Confluence or divergence? The principle of legality and the presumption of consistency with international law

Wendy Lacey

Research output: A Conference proceeding or a Chapter in BookChapter in text book

7 Citations (Scopus)


In this age of statutes and human rights the common law principle of legality has assumed a central importance. The principle holds that unless Parliament makes unmistakably clear its intention to curtail or abrogate a common law right, freedom or principle, the courts will not construe a statute as having that operation. As Lord Hoffmann famously observed, this “means that Parliament must squarely confront what it is doing and accept the political cost”.

The principle of legality is now central to the operation of Australian and New Zealand public law. Yet its content, methodology and scope remain elusive and has never been examined in detail. This book fills that gap by drawing together leading judges, practitioners and scholars to explore a range of interesting issues and challenges for the application of the principle of legality and its future trajectory: How does the principle operate? Which rights and freedoms fall within its scope and why? What is its relationship to the (so-called) common law bill of rights? Has proportionality a role to play in its application? How, if at all, does it differ from the presumption with international law? And in the construction of statutes does the principle serve to fulfil or frustrate the will of Parliament?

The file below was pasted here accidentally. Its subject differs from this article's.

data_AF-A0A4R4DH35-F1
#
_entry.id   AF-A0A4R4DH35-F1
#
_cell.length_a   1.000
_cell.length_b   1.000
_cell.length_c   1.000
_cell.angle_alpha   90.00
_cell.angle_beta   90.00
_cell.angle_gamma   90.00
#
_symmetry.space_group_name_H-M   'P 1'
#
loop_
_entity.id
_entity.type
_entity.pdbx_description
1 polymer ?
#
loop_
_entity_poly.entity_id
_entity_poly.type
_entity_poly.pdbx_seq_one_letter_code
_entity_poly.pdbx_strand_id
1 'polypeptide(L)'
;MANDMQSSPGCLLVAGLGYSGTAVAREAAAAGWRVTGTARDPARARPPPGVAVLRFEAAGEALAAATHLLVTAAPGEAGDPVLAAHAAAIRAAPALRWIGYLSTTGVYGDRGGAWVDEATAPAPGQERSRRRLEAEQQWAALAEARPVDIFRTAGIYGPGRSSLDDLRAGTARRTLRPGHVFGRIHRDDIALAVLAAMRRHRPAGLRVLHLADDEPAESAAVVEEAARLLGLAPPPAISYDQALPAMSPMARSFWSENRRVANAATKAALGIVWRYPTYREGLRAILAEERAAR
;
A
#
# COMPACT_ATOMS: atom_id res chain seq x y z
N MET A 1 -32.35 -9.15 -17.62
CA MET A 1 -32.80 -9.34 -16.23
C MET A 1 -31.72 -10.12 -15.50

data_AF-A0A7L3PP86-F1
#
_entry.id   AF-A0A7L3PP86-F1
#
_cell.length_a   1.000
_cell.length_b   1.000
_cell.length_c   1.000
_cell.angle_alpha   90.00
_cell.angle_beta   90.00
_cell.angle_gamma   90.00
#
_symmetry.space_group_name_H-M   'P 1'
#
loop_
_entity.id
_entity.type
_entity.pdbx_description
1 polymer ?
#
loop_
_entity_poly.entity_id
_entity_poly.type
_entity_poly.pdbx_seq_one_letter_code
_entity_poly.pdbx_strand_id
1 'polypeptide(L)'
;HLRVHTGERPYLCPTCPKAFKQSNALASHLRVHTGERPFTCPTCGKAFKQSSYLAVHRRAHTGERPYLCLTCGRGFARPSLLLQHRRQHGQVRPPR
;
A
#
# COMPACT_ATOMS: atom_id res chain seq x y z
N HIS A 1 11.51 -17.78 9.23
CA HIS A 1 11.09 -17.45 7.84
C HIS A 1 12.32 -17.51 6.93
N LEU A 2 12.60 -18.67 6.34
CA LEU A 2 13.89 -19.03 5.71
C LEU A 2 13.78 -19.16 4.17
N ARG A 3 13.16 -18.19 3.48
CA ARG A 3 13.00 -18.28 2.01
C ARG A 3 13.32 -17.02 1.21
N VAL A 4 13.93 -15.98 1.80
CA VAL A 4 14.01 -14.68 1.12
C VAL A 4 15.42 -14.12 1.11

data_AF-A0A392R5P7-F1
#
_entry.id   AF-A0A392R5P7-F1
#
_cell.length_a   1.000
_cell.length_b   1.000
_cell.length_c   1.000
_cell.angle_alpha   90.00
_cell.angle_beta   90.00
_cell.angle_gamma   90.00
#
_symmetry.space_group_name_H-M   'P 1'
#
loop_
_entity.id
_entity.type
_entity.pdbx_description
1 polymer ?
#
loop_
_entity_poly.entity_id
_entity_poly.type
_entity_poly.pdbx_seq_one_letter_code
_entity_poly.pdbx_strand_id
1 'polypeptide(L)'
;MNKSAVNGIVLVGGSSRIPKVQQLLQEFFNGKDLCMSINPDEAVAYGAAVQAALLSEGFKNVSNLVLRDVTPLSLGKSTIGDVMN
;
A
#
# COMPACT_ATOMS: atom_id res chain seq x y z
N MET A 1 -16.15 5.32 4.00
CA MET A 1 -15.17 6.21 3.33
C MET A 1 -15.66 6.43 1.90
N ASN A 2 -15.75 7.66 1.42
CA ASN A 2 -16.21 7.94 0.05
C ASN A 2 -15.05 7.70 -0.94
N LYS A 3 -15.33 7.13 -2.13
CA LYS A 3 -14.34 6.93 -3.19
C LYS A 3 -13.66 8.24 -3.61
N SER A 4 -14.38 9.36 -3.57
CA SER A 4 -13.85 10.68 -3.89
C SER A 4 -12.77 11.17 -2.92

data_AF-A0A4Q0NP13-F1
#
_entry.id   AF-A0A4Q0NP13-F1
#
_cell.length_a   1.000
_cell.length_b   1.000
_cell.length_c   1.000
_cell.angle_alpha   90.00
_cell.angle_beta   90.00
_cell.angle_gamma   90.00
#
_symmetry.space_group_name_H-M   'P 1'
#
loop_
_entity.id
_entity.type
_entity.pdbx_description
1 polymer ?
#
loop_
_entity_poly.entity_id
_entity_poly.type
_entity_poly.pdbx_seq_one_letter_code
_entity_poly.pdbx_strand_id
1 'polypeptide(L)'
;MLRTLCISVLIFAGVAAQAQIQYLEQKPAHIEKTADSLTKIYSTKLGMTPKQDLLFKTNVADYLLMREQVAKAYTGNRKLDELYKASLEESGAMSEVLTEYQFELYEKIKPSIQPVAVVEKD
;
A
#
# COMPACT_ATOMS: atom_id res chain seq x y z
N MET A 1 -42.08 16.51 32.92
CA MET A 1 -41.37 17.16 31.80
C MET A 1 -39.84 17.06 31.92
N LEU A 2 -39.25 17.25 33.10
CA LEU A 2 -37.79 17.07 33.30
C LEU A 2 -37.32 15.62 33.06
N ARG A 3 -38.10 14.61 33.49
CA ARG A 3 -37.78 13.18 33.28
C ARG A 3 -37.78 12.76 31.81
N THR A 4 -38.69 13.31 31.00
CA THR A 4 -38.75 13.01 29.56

Original languageEnglish
Title of host publicationThe Principle Of Legality In Australia And New Zealand
EditorsDan Meagher, Matthew Groves
Place of PublicationAustralia
PublisherAustralia The Federation Press
Number of pages19
ISBN (Print)9781760021252
Publication statusPublished - 2017
Externally publishedYes

Fingerprint Dive into the research topics of 'Confluence or divergence? The principle of legality and the presumption of consistency with international law'. Together they form a unique fingerprint.

Cite this